In a recent conversation, I had the opportunity to catch up with an acquaintance of mine. Ben is the safety compliance & loss prevention manger for a mid-western electric utility. During our chat he related an incident that occurred recently while one of his utility line crews was performing a transformer change out.
As it turns out, the inception point of this incident was put in motion a few weeks back when some members of the utility crew had attended a trade show in Louisville, Kentucky. After over a year of lockdowns and masking, a couple days out was a welcome reprieve and a great opportunity for the crew members to see people and learn what’s “new” in the industry.
The results, he said, were as expected; Members of the crews were able to see new equipment, attend some training classes and have a few good meals to boot. They met up with friends and perused the rows and rows of vendor booths, chatted with sales people about their products or services with the requisite situational story swapping, and telling of tall tales. With bags of marketing giveaways, hats, brochures, catalogs and vendor promises, the crew returned home safely.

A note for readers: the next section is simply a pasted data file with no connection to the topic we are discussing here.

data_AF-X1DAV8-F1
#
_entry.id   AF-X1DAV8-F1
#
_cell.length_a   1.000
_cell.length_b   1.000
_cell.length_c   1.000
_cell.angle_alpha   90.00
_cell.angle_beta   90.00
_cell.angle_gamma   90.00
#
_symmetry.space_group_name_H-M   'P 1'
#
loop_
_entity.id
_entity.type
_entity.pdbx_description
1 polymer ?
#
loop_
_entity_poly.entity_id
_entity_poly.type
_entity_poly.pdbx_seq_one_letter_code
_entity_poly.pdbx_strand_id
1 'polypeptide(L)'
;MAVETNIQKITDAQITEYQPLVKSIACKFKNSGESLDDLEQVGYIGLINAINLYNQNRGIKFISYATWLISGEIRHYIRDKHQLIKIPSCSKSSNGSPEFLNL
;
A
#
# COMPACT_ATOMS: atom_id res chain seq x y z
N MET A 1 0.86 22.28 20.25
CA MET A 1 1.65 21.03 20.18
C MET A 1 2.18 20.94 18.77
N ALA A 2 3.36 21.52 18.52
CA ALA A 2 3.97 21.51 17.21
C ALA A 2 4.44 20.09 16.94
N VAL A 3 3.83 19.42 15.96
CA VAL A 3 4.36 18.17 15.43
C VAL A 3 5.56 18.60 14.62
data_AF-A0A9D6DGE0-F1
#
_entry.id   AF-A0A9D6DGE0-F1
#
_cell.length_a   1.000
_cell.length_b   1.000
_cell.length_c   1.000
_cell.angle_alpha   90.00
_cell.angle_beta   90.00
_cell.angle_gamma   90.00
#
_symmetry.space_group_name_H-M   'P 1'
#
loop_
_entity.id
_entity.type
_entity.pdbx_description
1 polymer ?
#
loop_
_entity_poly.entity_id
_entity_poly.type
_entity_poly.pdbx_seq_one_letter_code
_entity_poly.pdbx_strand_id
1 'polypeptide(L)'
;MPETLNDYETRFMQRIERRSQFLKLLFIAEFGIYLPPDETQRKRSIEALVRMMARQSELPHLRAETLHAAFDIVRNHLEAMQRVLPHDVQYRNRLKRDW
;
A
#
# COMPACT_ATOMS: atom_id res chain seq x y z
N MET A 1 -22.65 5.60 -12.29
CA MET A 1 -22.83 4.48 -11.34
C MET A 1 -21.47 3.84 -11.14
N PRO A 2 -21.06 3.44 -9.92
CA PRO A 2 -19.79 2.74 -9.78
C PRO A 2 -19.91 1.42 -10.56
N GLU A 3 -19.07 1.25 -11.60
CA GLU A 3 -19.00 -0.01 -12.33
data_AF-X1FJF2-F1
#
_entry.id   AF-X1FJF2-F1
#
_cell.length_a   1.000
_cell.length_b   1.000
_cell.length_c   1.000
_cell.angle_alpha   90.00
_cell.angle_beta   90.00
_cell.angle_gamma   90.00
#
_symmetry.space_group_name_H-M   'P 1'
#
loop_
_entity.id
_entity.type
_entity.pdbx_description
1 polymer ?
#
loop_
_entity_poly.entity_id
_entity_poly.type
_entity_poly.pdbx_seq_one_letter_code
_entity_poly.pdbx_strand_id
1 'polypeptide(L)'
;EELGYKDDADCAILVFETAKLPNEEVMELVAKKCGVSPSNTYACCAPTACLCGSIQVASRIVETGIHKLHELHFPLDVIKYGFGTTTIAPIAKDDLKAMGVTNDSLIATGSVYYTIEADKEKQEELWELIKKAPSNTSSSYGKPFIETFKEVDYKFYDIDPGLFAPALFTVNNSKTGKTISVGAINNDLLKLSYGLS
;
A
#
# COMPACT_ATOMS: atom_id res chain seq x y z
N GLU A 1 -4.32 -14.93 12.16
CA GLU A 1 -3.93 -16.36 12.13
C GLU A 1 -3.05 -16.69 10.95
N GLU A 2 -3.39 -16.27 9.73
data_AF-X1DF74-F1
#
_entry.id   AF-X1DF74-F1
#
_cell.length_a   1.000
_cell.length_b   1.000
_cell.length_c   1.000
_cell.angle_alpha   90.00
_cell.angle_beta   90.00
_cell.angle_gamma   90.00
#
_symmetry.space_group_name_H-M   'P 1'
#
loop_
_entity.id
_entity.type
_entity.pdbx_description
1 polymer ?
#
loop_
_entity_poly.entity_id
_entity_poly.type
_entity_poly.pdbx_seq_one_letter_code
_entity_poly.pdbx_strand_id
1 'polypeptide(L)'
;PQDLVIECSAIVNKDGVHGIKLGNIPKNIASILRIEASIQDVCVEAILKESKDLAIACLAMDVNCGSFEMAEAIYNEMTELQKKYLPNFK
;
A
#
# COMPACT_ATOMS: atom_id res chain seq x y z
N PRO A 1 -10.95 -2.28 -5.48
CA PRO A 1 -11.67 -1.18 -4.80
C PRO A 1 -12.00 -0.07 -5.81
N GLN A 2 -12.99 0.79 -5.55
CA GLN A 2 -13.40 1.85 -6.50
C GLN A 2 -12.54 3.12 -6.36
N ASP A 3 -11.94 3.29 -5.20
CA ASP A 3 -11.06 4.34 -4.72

The following Monday, the rest of the utility crew got a rundown of the events, training highlights, and products that were of interest. Ben said the operations manager and himself spent the better part of an hour talking with the line crew.
They discussed the information provided on products and services and how they might help the utility. One such product that piqued some interest from the crew that attended the show, was an FIBC bag (Flexible Intermediate Bulk Container) sold for lifting leaking transformers. The brochure and vendor sales person claimed “...you can lift the transformer with the bag because of a patented self-lifting design” and it is UN rated for shipping transformers. Some crew members thought this would be interesting and that it might save time in the field during change outs. So, the necessary calls were made and a few days later a couple FIBC samples showed up. Ben said, they did not have any change outs scheduled, so their evaluation was going to have to wait for the opportunity.